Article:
Worthiness matters, and here’s why.
If we don’t walk into situations with an inherent sense of worthiness, it is nearly impossible for us to open ourselves up to whatever that situation might offer us. It could be love; it could be a rich experience; it could even be pain meant to teach us something and help us grow. But if we don’t walk into situations with a sense of worthiness, then we’ll never know what each of those experiences are there for.
I started speaking again this year, and right before each talk, I felt these stings of unworthiness. An unhealthy tape would play in my head, telling me that I didn’t deserve to be up on that stage, that no one wanted to hear what I had to say, that I might be laughed off the stage. I feel it now, too, even when I write or post something on social media.
It’s a classic case of imposter syndrome.
I was talking to a friend not too long ago about imposter syndrome, and he gave me a helpful strategy for getting over it.
“Think of it this way,” he said, in so many words. “You were given a job to do. Someone decided that you were the right person for whatever job that is. And then you agreed to do it. So just go up there, do the job you agreed to do, and move on.”
It was an interesting way to think about imposter syndrome, that’s for sure. But it has played a powerful role in helping me change that tape that was playing in my head. It also helped me work through the faulty logic that comes with imposter syndrome. Imposter syndrome tells us that we’re frauds. It tells us that we’re not good enough and that we’re undeserving of the opportunities laid before us. But what it doesn’t tell us is the reality of what the people around us see when they look at us. It neglects to consider the relationships that have brought us these opportunities.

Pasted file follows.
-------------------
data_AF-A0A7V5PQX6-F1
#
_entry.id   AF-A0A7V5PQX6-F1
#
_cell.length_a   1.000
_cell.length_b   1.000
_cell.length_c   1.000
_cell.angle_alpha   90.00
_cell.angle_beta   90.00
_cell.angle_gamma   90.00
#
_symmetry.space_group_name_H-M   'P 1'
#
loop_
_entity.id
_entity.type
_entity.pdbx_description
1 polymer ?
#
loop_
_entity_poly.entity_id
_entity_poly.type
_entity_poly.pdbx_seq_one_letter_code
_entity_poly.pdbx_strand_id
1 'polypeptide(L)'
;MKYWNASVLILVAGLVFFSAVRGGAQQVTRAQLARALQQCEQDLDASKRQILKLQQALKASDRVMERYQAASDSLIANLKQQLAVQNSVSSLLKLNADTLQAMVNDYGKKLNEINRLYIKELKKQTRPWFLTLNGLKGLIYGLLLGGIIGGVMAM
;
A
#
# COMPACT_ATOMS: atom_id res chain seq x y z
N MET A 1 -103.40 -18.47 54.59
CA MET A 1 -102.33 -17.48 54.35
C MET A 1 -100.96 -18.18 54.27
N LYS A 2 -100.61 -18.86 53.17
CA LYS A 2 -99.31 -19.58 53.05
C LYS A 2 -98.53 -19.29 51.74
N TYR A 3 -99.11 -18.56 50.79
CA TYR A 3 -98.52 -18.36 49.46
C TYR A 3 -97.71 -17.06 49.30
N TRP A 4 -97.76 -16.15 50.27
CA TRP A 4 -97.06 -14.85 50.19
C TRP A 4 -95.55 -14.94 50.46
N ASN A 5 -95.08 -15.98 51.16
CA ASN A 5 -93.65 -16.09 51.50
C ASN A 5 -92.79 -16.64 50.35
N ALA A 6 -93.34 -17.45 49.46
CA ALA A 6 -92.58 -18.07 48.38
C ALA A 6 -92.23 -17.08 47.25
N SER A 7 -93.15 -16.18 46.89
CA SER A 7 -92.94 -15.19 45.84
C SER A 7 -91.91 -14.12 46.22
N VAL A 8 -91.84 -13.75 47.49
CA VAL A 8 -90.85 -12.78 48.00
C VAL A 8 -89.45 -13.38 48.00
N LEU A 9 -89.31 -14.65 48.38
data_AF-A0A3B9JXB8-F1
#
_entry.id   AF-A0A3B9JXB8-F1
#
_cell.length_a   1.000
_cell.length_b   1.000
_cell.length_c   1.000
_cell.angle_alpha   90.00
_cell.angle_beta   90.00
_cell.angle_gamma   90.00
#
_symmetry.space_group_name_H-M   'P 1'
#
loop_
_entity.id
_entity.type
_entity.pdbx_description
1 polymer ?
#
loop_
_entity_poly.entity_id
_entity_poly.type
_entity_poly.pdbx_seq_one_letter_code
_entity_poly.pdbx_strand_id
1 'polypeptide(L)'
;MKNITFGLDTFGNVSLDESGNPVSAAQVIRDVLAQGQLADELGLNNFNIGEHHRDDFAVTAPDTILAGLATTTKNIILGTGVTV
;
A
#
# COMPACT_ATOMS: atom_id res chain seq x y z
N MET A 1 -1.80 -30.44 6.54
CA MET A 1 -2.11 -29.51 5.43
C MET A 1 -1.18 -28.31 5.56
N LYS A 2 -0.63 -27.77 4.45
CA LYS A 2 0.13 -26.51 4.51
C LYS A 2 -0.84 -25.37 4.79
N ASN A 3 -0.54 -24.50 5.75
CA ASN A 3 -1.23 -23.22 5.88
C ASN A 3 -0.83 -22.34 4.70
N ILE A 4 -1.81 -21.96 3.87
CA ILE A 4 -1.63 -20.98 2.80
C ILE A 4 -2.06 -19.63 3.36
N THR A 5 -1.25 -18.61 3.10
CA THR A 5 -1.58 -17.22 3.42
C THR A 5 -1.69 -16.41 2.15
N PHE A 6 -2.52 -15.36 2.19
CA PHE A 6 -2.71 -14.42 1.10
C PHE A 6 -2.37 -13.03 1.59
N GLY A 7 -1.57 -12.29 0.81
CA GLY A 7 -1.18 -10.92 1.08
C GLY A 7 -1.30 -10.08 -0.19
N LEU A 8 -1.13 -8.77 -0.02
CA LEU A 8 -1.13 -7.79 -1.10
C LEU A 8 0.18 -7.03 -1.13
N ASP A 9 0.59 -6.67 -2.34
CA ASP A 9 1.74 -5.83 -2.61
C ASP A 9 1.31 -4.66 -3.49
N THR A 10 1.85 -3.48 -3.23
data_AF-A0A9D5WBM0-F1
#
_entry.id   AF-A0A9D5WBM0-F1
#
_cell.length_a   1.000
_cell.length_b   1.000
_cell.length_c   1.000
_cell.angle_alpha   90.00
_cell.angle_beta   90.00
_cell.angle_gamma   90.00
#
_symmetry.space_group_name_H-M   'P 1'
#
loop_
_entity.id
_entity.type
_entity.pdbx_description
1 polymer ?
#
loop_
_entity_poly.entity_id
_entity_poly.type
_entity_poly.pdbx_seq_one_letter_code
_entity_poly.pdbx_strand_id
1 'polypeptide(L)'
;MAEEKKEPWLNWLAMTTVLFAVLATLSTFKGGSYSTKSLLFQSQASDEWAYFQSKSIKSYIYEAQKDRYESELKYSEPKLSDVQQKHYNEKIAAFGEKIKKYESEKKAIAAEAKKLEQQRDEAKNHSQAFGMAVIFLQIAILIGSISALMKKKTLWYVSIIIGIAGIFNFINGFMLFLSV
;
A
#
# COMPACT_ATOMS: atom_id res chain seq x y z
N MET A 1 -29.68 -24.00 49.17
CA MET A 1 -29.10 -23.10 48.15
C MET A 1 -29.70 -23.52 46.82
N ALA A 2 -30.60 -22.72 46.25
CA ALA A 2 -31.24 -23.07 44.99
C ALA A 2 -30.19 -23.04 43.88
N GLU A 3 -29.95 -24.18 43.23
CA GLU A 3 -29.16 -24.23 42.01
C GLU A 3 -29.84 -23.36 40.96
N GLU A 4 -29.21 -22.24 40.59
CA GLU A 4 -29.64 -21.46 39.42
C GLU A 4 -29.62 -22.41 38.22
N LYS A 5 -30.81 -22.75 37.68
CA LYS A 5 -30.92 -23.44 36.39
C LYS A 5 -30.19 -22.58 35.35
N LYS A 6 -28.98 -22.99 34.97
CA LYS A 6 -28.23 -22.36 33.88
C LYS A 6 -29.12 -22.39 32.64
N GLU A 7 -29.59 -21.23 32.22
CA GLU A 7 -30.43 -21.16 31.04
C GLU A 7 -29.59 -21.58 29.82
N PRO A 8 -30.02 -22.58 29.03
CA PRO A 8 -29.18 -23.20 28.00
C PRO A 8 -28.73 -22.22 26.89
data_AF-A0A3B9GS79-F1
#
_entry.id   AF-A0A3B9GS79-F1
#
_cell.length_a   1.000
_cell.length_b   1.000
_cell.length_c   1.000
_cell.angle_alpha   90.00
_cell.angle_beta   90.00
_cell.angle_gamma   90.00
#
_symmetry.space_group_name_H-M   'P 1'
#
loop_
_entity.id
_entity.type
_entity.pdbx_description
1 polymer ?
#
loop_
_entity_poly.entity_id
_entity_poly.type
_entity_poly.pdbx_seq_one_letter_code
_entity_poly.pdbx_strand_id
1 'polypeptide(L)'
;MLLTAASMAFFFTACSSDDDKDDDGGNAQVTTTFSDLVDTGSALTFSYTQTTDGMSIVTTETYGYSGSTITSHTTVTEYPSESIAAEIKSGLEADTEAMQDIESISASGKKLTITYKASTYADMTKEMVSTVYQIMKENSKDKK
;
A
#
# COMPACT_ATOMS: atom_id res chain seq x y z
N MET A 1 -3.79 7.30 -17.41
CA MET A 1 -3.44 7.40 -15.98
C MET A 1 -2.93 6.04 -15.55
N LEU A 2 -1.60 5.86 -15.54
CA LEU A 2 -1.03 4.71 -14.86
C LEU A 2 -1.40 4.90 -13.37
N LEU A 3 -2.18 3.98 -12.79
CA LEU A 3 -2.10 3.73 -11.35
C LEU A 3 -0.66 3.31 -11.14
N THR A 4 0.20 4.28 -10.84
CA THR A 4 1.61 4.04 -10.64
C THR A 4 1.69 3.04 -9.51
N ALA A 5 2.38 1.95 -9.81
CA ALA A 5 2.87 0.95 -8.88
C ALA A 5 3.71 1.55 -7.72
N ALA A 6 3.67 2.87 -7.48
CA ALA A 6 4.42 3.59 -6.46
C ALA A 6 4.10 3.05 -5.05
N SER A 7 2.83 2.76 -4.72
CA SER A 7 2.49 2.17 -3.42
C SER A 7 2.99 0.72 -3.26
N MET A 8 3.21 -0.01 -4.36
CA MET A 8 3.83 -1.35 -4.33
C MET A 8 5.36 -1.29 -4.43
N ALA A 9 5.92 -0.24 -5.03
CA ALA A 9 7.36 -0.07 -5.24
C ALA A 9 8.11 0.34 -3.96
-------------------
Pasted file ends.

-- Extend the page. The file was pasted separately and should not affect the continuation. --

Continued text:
When people invite us into their lives, and when they give us opportunities to be a part of something, they are doing so because they inherently see our worth. They see something within us that they, too, want to benefit from. They see the value that we can add to their lives.
It might sound a bit utilitarian to say this, but I don’t mean it in that way. What I mean to convey, instead, is the importance of relationships–that our own sense of worthiness exists in a fragile tension between our willingness to open up to others and others’ willingness to invite us in. We have to make the simultaneous choice to both open up and let others in if we want to continue cultivating worthiness.
Even as I conclude this brief post, I wonder… is this good enough to put out into the world? Is it polished enough? Does it make sense?
Maybe it does, and maybe it doesn’t. But it’s where I am today, and that will have to be good enough.